Calculation of the modulation transfer function (MTF) is a multi-step procedure. At each step in the calculation, the algorithms can have intrinsic errors which are independent of the imaging system or physics. We designed a software tool with a graphical user interface to facilitate calculation of MTF and the analysis of accuracy in those calculations. To minimize the source of errors, simulated edge images without any noise or artifacts were used. We first examined the accuracy of a commonly used edge-slope estimation algorithm; namely line-by-line differentiation followed by a linear regression fit. The influence of edge length and edge phase on the linear regression algorithm is demonstrated. Furthermore, the relationship of edge-slope estimation error and MTF error are illustrated. We compared the performance of two kernels, [-1,1] and [-1,0,1], in the computation of the line spread function (LSF) from finite element differentiation of the edge spread function (ESF). We found that there is no practical advantage in choosing the [-1,0,1] kernel, as recommended by IEC. However, a correction for finite element differentiation should be applied; otherwise, there is a measurable error in the MTF. Finally, we added noise into the edge images and compared the performance of two noise reduction methods on the ESF; convolution with a boxcar kernel and a monotonicity constraint. The former method always produces MTF error higher than 4% up to the sampling frequency, while the latter was consistently less than 1%.
Endothelial dysfunction in response to vasoactive stimuli is closely associated with diseases such as atherosclerosis, hypertension and congestive heart failure. The current method of using ultrasound to image the brachial artery along the longitudinal axis is insensitive for measuring the small vasodilatation that occurs in response to flow mediation. The goal of this study is to overcome this limitation by using cross-sectional imaging of the brachial artery in conjunction with the User-Guided Automated Boundary Detection (UGABD) algorithm for extracting arterial boundaries.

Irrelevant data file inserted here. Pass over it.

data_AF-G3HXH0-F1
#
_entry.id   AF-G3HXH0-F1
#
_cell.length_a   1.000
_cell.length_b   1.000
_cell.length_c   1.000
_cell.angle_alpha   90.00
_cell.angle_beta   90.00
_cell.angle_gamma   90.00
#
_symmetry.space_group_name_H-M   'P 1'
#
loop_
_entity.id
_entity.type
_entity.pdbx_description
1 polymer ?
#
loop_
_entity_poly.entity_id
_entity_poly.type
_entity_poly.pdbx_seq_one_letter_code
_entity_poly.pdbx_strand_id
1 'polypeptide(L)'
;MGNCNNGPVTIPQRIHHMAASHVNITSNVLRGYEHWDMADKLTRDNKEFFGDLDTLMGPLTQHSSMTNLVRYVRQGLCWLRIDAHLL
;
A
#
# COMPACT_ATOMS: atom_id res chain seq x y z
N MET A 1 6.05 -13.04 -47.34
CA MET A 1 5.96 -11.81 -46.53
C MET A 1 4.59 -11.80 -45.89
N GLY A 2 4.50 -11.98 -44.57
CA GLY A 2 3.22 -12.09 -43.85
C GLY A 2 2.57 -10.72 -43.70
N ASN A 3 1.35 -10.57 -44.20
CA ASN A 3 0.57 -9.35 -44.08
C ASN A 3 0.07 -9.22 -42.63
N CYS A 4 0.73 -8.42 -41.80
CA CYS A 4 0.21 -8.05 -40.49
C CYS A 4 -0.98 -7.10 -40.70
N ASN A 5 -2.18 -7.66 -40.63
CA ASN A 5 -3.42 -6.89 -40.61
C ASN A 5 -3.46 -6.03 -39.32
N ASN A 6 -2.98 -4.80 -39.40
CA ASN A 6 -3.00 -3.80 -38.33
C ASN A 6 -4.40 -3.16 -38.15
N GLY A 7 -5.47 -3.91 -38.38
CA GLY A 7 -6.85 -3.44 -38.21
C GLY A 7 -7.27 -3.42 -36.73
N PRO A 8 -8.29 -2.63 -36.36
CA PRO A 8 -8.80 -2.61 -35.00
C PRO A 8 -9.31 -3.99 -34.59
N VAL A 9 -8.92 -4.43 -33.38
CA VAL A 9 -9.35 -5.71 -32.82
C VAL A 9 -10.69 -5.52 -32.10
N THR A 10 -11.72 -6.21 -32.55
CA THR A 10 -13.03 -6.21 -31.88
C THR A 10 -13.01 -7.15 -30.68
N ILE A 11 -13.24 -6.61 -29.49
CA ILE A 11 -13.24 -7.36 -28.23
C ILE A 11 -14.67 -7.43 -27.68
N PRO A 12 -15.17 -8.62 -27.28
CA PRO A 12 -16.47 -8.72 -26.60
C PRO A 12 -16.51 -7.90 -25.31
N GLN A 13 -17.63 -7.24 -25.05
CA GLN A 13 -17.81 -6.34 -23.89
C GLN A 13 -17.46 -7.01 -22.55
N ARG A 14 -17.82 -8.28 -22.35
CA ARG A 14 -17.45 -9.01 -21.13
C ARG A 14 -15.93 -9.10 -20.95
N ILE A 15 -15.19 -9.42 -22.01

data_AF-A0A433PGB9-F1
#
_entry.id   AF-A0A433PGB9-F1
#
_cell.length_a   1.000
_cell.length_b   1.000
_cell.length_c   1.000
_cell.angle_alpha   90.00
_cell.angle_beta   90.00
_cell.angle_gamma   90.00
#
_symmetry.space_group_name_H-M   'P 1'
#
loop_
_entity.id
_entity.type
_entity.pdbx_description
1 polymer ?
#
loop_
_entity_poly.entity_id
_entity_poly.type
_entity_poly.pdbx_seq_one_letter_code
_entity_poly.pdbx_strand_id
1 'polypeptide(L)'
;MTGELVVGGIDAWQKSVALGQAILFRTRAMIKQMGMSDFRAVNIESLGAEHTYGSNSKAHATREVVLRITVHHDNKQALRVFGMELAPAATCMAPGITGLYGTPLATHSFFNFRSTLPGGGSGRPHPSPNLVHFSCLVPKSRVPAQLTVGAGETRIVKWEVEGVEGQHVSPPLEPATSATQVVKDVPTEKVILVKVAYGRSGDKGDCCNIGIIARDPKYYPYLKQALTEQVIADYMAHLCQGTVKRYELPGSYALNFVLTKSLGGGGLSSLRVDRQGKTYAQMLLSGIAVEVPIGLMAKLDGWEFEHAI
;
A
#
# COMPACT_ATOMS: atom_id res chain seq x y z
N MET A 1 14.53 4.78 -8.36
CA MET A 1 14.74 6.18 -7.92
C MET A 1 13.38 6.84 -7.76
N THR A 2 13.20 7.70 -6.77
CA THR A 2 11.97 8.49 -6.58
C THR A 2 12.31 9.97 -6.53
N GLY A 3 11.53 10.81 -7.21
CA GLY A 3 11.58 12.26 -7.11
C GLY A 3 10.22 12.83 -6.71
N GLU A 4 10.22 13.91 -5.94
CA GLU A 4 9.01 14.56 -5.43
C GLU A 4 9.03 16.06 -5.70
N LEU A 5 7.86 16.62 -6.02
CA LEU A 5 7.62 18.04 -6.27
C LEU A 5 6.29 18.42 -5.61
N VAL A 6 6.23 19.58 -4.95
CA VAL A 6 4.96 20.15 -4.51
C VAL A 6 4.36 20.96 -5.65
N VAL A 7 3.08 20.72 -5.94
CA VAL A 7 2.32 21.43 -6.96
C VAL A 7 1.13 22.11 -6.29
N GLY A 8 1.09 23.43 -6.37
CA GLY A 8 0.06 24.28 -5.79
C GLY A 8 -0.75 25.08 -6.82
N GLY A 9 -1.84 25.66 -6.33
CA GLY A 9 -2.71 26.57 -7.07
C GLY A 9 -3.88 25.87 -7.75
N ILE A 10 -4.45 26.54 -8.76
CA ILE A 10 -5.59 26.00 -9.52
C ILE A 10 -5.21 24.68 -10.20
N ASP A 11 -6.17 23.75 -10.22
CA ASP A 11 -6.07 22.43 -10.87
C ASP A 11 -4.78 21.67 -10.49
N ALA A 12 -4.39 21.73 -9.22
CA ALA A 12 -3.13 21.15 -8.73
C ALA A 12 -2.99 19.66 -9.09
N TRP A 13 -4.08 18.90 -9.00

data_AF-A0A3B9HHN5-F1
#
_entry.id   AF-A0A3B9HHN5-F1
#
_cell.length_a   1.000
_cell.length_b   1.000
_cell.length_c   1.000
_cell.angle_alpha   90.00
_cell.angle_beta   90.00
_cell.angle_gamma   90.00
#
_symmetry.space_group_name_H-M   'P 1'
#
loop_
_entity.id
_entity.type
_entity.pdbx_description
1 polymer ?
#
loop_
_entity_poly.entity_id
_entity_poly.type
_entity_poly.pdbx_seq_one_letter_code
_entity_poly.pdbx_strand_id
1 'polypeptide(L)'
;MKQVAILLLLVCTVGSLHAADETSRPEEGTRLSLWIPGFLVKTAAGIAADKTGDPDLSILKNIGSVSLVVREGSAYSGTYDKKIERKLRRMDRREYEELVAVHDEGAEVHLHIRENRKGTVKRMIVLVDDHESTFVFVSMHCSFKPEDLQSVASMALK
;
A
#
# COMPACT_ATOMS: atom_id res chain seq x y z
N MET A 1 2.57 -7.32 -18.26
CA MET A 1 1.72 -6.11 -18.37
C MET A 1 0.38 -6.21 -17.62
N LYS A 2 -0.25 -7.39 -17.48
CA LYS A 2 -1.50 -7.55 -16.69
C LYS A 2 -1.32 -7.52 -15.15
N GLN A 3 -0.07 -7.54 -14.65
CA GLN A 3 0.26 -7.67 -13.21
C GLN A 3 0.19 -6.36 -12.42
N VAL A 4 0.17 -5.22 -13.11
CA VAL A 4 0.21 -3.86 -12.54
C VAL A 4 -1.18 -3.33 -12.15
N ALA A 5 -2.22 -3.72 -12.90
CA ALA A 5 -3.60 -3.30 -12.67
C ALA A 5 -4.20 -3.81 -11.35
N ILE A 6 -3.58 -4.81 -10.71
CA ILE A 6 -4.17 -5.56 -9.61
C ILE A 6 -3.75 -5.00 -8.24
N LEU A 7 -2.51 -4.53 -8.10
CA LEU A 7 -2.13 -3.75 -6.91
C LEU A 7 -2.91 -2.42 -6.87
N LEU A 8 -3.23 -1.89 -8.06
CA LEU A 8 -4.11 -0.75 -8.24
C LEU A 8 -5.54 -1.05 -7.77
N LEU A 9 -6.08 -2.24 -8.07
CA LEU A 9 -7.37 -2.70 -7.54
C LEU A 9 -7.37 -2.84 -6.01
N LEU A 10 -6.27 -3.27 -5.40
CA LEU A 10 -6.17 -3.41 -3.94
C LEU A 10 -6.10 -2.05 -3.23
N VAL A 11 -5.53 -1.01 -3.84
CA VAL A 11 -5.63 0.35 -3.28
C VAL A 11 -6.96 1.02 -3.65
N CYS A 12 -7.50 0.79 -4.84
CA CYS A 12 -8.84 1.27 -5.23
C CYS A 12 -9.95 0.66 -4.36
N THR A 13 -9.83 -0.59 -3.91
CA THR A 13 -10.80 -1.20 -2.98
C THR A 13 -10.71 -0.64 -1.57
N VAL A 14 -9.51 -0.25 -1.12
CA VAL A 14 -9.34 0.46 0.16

High-resolution ultrasound imaging was performed on rigid plastic tubing, on elastic rubber tubing phantoms with steady and pulsatile flow, and on the brachial artery of a healthy volunteer undergoing reactive hyperemia. The area of cross section of time-series images was analyzed by UGABD by propagating the boundary from one frame to the next. The UGABD results were compared by linear correlation with those obtained by manual tracing.
UGABD measured the cross-sectional area of the phantom tubing to within 5% of the true area. The algorithm correctly detected pulsatile vasomotion in phantoms and in the brachial artery. A comparison of area measurements made using UGABD with those made by manual tracings yielded a correlation of 0.9 and 0.8 for phantoms and arteries, respectively. The peak vasodilatation due to reactive hyperemia was two orders of magnitude greater in pixel count than that measured by longitudinal imaging.
Cross-sectional imaging is more sensitive than longitudinal imaging for measuring flow-mediated dilatation of brachial artery, and thus may be more suitable for evaluating endothelial dysfunction.